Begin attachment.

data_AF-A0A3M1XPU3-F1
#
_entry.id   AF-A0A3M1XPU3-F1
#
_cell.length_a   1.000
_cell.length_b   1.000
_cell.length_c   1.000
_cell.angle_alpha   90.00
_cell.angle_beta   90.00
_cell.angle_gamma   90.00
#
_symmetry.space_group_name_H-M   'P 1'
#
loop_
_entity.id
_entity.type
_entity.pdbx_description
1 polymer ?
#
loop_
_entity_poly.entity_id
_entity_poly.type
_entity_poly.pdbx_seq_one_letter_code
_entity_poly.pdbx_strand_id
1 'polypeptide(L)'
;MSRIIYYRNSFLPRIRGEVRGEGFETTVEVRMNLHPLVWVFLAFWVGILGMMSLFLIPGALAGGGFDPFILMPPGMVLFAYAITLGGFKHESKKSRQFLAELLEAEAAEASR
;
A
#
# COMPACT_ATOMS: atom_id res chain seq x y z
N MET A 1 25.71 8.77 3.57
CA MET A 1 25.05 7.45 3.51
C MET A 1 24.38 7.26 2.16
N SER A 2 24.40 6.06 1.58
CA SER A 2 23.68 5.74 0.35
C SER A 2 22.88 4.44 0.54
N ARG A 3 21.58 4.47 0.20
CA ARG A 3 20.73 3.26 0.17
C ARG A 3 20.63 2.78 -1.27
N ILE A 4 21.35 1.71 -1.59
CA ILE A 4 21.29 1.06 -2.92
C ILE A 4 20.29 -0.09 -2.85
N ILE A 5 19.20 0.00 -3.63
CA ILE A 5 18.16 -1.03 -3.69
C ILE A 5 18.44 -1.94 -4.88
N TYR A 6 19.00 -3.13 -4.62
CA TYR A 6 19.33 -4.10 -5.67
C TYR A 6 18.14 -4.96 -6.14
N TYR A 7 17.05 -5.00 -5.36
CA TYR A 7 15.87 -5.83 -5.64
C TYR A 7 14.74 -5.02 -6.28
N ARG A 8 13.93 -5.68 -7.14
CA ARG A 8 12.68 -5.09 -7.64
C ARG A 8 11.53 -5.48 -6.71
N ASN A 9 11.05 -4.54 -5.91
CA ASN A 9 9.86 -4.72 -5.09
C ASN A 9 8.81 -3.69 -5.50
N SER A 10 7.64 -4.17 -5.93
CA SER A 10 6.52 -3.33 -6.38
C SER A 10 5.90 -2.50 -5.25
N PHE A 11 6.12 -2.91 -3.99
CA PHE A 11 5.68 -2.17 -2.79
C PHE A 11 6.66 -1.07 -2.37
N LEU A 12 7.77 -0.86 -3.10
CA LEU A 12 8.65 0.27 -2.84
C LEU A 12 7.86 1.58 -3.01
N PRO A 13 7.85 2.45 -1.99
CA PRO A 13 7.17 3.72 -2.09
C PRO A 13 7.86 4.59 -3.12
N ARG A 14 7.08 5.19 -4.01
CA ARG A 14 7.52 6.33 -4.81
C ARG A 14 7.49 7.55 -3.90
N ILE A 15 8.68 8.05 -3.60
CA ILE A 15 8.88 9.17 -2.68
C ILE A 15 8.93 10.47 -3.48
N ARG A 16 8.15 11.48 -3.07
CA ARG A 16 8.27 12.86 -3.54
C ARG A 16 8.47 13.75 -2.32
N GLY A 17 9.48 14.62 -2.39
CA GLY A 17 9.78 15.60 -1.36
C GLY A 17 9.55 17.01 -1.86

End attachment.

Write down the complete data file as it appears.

data_AF-A0A3M1XPU3-F1
#
_entry.id   AF-A0A3M1XPU3-F1
#
_cell.length_a   1.000
_cell.length_b   1.000
_cell.length_c   1.000
_cell.angle_alpha   90.00
_cell.angle_beta   90.00
_cell.angle_gamma   90.00
#
_symmetry.space_group_name_H-M   'P 1'
#
loop_
_entity.id
_entity.type
_entity.pdbx_description
1 polymer ?
#
loop_
_entity_poly.entity_id
_entity_poly.type
_entity_poly.pdbx_seq_one_letter_code
_entity_poly.pdbx_strand_id
1 'polypeptide(L)'
;MSRIIYYRNSFLPRIRGEVRGEGFETTVEVRMNLHPLVWVFLAFWVGILGMMSLFLIPGALAGGGFDPFILMPPGMVLFAYAITLGGFKHESKKSRQFLAELLEAEAAEASR
;
A
#
# COMPACT_ATOMS: atom_id res chain seq x y z
N MET A 1 25.71 8.77 3.57
CA MET A 1 25.05 7.45 3.51
C MET A 1 24.38 7.26 2.16
N SER A 2 24.40 6.06 1.58
CA SER A 2 23.68 5.74 0.35
C SER A 2 22.88 4.44 0.54
N ARG A 3 21.58 4.47 0.20
CA ARG A 3 20.73 3.26 0.17
C ARG A 3 20.63 2.78 -1.27
N ILE A 4 21.35 1.71 -1.59
CA ILE A 4 21.29 1.06 -2.92
C ILE A 4 20.29 -0.09 -2.85
N ILE A 5 19.20 0.00 -3.63
CA ILE A 5 18.16 -1.03 -3.69
C ILE A 5 18.44 -1.94 -4.88
N TYR A 6 19.00 -3.13 -4.62
CA TYR A 6 19.33 -4.10 -5.67
C TYR A 6 18.14 -4.96 -6.14
N TYR A 7 17.05 -5.00 -5.36
CA TYR A 7 15.87 -5.83 -5.64
C TYR A 7 14.74 -5.02 -6.28
N ARG A 8 13.93 -5.68 -7.14
CA ARG A 8 12.68 -5.09 -7.64
C ARG A 8 11.53 -5.48 -6.71
N ASN A 9 11.05 -4.54 -5.91
CA ASN A 9 9.86 -4.72 -5.09
C ASN A 9 8.81 -3.69 -5.50
N SER A 10 7.64 -4.17 -5.93
CA SER A 10 6.52 -3.33 -6.38
C SER A 10 5.90 -2.50 -5.25
N PHE A 11 6.12 -2.91 -3.99
CA PHE A 11 5.68 -2.17 -2.79
C PHE A 11 6.66 -1.07 -2.37
N LEU A 12 7.77 -0.86 -3.10
CA LEU A 12 8.65 0.27 -2.84
C LEU A 12 7.86 1.58 -3.01
N PRO A 13 7.85 2.45 -1.99
CA PRO A 13 7.17 3.72 -2.09
C PRO A 13 7.86 4.59 -3.12
N ARG A 14 7.08 5.19 -4.01
CA ARG A 14 7.52 6.33 -4.81
C ARG A 14 7.49 7.55 -3.90
N ILE A 15 8.68 8.05 -3.60
CA ILE A 15 8.88 9.17 -2.68
C ILE A 15 8.93 10.47 -3.48
N ARG A 16 8.15 11.48 -3.07
CA ARG A 16 8.27 12.86 -3.54
C ARG A 16 8.47 13.75 -2.32
N GLY A 17 9.48 14.62 -2.39
CA GLY A 17 9.78 15.60 -1.36
C GLY A 17 9.55 17.01 -1.86